Perceived Risk: a Measurement Methodology and Preliminary Findings


James R. Bettman (1972) ,"Perceived Risk: a Measurement Methodology and Preliminary Findings", in SV - Proceedings of the Third Annual Conference of the Association for Consumer Research, eds. M. Venkatesan, Chicago, IL : Association for Consumer Research, Pages: 394-403.

Proceedings of the Third Annual Conference of the Association for Consumer Research, 1972      Pages 394-403


James R. Bettman, University of California, Los Angeles

Since Bauer (1960) introduced the concept of perceived risk, many research studies have explored the ramifications of this notion. However, research in this area has been hampered by the lack of a suitable measurement of perceived risk itself. The measures proposed to date have been arbitrary for the most part, and have often differed from one study to the next. This study proposes a measurement methodology for perceived risk and reports some initial research using this measure.

An initial measurement for perceived risk was proposed by Cunningham (1967), utilizing ordinal certainty and danger scales. Cunningham then arbitrarily combined these scales multiplicatively and developed risk categories. This final ordinal measure has been used by several other studies. Bettman (1969) proposed an ordinal measure of perceived risk based on paired comparisons. Both of the above measures suffer from having only ordinal properties; an interval-scaled measure would be more desirable, as it would allow a wider range of analytical tools to be employed in examining research results. Two different rating scale measures of risk that are assumed to be interval were proposed by Spence, Engel, and Blackwell (1970) and by Perry and Hamm (1969). Finally, some studies utilizing perceived risk notions have used very special purpose and arbitrary notions rather than attempting to develop a general measure of risk (For example, Cox and Rich, 1964 and Sheth and Venkatesan, 1968).

In view of this variety of measures and sometimes questionable methodology, a theoretical perspective for measurement is needed. First, a distinction should be made between two different types of risk, which have been confused in previous studies. Inherent risk is the latent risk a product class holds for a consumer, the innate degree of conflict the product class arouses in the consumer. Handled risk is the amount of conflict a product class engenders when the buyer chooses a brand from that product class in his usual buying situation. Thus handled risk includes the effects of information and risk reduction processes as they have acted on inherent risk. Cunningham's (1967) measure seems to deal with inherent risk. However, Cox and Rich (1964) and Spence, Engel, and Blackwell (1970) seem to be dealing with handled risk. The purpose of making the distinction between the two constructs is to allow for greater precision in measurement.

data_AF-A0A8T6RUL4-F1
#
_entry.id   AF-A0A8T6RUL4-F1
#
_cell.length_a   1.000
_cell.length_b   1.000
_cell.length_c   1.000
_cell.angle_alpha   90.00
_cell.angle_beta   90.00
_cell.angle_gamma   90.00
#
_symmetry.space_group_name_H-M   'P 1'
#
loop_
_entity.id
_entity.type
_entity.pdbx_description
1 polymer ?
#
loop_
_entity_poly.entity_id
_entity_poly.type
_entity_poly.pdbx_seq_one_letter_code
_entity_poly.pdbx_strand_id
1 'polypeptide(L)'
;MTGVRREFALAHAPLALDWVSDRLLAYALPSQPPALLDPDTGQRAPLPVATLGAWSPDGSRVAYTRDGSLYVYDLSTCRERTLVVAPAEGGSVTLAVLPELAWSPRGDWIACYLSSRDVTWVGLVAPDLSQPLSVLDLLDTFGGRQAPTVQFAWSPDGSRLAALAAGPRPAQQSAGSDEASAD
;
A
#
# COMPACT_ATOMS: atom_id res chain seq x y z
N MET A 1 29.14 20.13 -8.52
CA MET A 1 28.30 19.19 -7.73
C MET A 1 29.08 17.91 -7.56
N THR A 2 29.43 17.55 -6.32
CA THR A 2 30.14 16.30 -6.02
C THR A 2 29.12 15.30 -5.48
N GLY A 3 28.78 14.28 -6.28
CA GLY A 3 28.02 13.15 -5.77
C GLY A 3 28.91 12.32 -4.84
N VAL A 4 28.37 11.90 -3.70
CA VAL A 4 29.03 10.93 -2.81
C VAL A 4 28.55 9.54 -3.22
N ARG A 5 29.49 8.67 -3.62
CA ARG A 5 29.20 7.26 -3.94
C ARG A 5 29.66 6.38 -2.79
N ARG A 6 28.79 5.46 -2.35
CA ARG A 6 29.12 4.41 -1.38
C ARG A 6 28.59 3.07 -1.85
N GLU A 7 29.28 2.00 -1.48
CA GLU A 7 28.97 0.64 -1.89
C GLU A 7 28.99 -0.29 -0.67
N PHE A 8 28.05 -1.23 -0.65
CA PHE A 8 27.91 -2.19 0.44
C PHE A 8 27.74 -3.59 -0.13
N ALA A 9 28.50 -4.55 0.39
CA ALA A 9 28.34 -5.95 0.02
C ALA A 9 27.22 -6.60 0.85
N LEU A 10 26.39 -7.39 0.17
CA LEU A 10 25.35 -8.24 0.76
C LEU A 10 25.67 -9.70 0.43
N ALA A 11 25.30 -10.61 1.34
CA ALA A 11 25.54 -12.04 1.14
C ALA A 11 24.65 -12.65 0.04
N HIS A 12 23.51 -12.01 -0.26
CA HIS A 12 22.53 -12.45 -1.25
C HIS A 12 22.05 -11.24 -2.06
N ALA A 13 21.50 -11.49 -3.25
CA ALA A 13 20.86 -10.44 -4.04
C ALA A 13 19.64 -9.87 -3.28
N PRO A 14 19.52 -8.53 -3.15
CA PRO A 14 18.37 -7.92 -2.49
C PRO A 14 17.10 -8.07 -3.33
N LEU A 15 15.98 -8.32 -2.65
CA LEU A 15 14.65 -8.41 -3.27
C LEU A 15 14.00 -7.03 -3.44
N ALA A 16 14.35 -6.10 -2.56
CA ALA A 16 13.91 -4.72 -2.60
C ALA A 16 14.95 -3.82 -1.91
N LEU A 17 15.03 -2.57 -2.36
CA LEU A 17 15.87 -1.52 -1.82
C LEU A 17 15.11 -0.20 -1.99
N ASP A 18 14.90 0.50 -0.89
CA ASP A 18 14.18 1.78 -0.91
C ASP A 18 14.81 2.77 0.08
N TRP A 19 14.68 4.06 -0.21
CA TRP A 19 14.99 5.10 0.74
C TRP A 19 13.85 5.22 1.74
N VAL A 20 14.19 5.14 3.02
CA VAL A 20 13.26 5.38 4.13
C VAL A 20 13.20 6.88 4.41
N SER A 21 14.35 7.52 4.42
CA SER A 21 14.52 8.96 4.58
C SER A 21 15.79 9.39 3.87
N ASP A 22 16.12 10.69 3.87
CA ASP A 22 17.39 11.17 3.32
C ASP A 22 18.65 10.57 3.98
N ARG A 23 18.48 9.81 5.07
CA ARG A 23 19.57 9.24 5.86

The measures developed for inherent and handled risk are based on the notion of distinguishing the concepts by means of the choice situation utilized for measurement. In both cases an extended paired comparison method was used.

In each case, a brief description of the concept of risk, outlining the ideas of uncertainty, consequences, economic, and social risks, was given. Then, for inherent risk the S was asked, for pairs of product types, to rate which product type of the pair would be more risky to shop for in an imaginary store where all packages were labeled only with a product type and size, no brand labels or prices. Ss were told that this store had a full selection of all the usual brands for each product type; they were just to assume they could not tell which brand was which. After choosing which product type was more risky, Ss then rated how much more risky that type was on a scale ranging from 0 (equally risky) to 9 (very much more risky). Handled risk was measured in essentially the same way, but by evoking a different choice situation. The S was asked to rate which product type in a pair was more risky to shop for in her own usual grocery store. Hence the effect of brand knowledge and information is included.



These measures were obtained from a convenience sample of 97 housewives, using nine product types: paper towels, dry spaghetti, furniture polish, toothpaste, beer, instant coffee, aspirin, margarine, and fabric softener. Scale values for inherent and handled risk for each of the nine product types were developed from the paired comparison data for each subject. The scaling method is quite simple. For the 36 product type pairs (9 8/2) rated as outlined above, the rating for each ordered pair (i,j) is denoted by dij. The sign convention used is d >0 if i is more risky than j, and dij<0 if j is more risky than i for the ordered pair (i,j). By convention dii = 0. Since only half of the off diagonal pairs are rated, set dji = -di.. Then scale values are simply obtained by setting the scale value Si for stimulus i to Si = EJ d ./9. Note that by using this procedure the Si sum to zero. The mean has mean removed. Hence we have relative measures for inherent and handled risk. The measures can range from -8 to +8 because of the rating scale used.